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Proceedings Paper

Sandfish inspires engineering
Author(s): Konrad Staudt; Friederike Saxe; Heiko Schmied; Wolfgang Böhme; Werner Baumgartner
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Paper Abstract

The sandfish (Scincidae: Scincus scincus) is a lizard having the remarkable ability to move through desert sand in a swimming-like fashion. The most outstanding adaptation to its subterranean life is the epidermis that shows low friction behaviour and extensive abrasion resistance against sand, outperforming even steel. The skin consists of glycosylated keratins, which were found to be absolutely necessary for the described phenomenon. Here we discuss the function of serrated microstructures found upon dorsal scales of the sandfish by comparing them with a closely related, non-sandswimming skink (Scincopus fasciatus) and resin replicas. Furthermore, we investigated further functions of these serrations, like infrared- and moisture harvesting and the prevention of triboelectric charges. We further provide a pathway towards exploitation the sandfish's skin abilities for future engineering applications.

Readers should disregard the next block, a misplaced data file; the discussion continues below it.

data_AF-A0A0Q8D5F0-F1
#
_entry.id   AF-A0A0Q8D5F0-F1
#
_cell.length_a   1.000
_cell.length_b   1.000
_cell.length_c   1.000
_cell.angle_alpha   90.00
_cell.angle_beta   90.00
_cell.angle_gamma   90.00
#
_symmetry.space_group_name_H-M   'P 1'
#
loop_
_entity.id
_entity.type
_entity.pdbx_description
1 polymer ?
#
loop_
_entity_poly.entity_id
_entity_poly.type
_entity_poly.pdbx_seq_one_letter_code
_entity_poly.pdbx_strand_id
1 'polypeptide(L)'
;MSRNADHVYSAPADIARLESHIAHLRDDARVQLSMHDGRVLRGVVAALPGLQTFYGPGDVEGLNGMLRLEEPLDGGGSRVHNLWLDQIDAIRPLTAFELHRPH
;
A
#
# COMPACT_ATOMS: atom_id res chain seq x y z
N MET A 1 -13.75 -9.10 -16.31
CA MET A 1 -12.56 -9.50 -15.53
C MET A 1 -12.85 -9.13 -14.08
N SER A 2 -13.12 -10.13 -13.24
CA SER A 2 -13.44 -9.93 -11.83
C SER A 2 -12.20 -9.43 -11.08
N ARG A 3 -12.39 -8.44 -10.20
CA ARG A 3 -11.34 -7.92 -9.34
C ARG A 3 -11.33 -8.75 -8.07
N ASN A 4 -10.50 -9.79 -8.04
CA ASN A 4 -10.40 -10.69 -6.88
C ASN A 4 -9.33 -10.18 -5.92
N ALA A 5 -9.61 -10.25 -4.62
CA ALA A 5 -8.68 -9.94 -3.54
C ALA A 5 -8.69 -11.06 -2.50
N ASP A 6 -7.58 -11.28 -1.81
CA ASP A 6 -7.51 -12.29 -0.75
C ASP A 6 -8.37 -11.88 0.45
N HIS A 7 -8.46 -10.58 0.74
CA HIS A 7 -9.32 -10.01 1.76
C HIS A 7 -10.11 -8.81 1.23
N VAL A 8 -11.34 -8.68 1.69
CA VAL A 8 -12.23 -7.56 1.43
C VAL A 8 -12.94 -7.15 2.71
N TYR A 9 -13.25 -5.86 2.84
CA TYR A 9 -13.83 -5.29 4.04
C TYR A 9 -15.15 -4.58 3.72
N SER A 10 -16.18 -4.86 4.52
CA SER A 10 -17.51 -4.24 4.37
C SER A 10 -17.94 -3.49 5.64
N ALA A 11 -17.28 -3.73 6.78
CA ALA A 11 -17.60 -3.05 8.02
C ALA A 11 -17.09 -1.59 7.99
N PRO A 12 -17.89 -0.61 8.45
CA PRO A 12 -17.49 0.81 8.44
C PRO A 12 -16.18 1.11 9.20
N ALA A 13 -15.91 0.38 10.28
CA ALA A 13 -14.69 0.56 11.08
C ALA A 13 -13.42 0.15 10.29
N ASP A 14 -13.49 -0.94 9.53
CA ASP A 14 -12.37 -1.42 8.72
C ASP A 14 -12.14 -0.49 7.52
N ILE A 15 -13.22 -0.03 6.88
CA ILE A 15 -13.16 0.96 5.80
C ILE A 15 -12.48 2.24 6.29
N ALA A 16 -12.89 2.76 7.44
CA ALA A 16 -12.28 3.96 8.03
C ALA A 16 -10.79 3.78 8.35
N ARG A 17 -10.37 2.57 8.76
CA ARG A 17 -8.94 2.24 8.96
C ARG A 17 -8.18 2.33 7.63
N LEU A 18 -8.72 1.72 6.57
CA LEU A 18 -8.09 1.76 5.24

Paper Details

Date Published: 23 March 2011
PDF: 9 pages
Proc. SPIE 7975, Bioinspiration, Biomimetics, and Bioreplication, 79751B (23 March 2011); doi: 10.1117/12.888842
Show Author Affiliations
Konrad Staudt, RWTH Aachen Univ. (Germany)
Friederike Saxe, Max Planck Institute of Colloids and Interfaces (Germany)
Heiko Schmied, Rheinische Friedrich-Wilhelms-Univ. Bonn (Germany)
Wolfgang Böhme, Zoologisches Forschungsmuseum Alexander Koenig (Germany)
Werner Baumgartner, RWTH Aachen Univ. (Germany)


Published in SPIE Proceedings Vol. 7975:
Bioinspiration, Biomimetics, and Bioreplication
Raúl J. Martín-Palma; Akhlesh Lakhtakia, Editor(s)

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